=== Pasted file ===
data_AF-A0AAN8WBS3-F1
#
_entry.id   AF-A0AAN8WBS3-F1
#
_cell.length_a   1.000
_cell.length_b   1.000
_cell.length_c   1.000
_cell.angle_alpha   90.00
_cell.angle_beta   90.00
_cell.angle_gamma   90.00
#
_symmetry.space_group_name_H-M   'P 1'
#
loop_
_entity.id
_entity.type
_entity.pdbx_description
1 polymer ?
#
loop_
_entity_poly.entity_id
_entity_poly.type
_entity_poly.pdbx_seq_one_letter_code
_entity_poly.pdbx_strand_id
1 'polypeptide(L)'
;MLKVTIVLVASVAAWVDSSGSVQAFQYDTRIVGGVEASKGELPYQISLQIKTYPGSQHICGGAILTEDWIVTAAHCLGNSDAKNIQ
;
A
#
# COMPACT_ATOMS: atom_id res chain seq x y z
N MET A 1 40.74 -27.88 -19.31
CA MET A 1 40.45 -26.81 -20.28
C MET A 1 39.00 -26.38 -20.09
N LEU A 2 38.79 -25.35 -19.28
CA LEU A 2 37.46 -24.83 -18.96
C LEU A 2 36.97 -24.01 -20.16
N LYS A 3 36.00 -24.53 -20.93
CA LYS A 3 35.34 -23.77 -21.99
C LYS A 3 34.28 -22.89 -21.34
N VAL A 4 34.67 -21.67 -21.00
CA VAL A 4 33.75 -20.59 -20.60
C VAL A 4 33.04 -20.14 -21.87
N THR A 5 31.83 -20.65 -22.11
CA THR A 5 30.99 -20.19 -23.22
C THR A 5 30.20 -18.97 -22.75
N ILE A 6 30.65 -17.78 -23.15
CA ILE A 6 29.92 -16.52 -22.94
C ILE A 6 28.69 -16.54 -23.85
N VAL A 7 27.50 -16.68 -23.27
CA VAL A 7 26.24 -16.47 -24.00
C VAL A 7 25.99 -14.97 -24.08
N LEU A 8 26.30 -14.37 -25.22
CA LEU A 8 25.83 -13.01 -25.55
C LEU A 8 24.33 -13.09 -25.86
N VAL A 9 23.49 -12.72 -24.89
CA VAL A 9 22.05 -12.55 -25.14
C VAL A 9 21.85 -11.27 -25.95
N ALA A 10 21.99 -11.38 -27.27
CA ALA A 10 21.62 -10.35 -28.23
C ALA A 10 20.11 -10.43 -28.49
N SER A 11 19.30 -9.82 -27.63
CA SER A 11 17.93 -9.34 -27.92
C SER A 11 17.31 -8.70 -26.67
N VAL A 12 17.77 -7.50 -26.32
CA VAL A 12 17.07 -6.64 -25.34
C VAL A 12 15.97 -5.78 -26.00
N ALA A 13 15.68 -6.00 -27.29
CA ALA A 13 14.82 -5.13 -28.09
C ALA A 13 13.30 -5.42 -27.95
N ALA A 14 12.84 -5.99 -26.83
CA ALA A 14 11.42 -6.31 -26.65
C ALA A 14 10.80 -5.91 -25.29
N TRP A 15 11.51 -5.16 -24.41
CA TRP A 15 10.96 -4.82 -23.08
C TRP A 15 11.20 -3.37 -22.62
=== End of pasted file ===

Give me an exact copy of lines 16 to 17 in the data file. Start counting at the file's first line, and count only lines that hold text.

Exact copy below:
_entity.type
_entity.pdbx_description